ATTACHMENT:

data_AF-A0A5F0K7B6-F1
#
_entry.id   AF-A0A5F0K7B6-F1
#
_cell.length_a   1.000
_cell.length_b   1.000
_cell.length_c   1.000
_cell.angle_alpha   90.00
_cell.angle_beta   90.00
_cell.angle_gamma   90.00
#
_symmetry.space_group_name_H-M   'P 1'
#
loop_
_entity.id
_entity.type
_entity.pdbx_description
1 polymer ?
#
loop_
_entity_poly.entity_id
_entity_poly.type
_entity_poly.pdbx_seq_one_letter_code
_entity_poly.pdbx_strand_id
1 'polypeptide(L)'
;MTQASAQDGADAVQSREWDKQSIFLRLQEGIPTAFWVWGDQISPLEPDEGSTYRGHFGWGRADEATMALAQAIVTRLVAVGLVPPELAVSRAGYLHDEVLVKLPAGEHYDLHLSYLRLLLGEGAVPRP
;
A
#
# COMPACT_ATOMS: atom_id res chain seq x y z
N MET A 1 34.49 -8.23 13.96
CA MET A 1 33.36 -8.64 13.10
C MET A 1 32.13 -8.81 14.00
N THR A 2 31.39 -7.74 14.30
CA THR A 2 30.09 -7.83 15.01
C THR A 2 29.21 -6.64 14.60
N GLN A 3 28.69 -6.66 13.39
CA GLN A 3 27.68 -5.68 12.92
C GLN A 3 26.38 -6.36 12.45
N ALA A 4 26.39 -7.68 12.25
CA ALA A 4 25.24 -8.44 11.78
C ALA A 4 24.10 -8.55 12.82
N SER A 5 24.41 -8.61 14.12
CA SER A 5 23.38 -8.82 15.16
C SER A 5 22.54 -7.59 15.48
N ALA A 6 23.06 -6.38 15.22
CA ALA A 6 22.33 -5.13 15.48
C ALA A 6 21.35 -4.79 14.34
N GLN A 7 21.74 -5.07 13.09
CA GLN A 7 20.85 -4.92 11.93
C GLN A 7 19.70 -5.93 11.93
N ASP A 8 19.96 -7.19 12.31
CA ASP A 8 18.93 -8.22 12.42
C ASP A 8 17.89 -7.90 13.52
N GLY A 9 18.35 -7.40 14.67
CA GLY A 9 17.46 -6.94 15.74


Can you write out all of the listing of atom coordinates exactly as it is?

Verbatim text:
data_AF-A0A5F0K7B6-F1
#
_entry.id   AF-A0A5F0K7B6-F1
#
_cell.length_a   1.000
_cell.length_b   1.000
_cell.length_c   1.000
_cell.angle_alpha   90.00
_cell.angle_beta   90.00
_cell.angle_gamma   90.00
#
_symmetry.space_group_name_H-M   'P 1'
#
loop_
_entity.id
_entity.type
_entity.pdbx_description
1 polymer ?
#
loop_
_entity_poly.entity_id
_entity_poly.type
_entity_poly.pdbx_seq_one_letter_code
_entity_poly.pdbx_strand_id
1 'polypeptide(L)'
;MTQASAQDGADAVQSREWDKQSIFLRLQEGIPTAFWVWGDQISPLEPDEGSTYRGHFGWGRADEATMALAQAIVTRLVAVGLVPPELAVSRAGYLHDEVLVKLPAGEHYDLHLSYLRLLLGEGAVPRP
;
A
#
# COMPACT_ATOMS: atom_id res chain seq x y z
N MET A 1 34.49 -8.23 13.96
CA MET A 1 33.36 -8.64 13.10
C MET A 1 32.13 -8.81 14.00
N THR A 2 31.39 -7.74 14.30
CA THR A 2 30.09 -7.83 15.01
C THR A 2 29.21 -6.64 14.60
N GLN A 3 28.69 -6.66 13.39
CA GLN A 3 27.68 -5.68 12.92
C GLN A 3 26.38 -6.36 12.45
N ALA A 4 26.39 -7.68 12.25
CA ALA A 4 25.24 -8.44 11.78
C ALA A 4 24.10 -8.55 12.82
N SER A 5 24.41 -8.61 14.12
CA SER A 5 23.38 -8.82 15.16
C SER A 5 22.54 -7.59 15.48
N ALA A 6 23.06 -6.38 15.22
CA ALA A 6 22.33 -5.13 15.48
C ALA A 6 21.35 -4.79 14.34
N GLN A 7 21.74 -5.07 13.09
CA GLN A 7 20.85 -4.92 11.93
C GLN A 7 19.70 -5.93 11.93
N ASP A 8 19.96 -7.19 12.31
CA ASP A 8 18.93 -8.22 12.42
C ASP A 8 17.89 -7.90 13.52
N GLY A 9 18.35 -7.40 14.67
CA GLY A 9 17.46 -6.94 15.74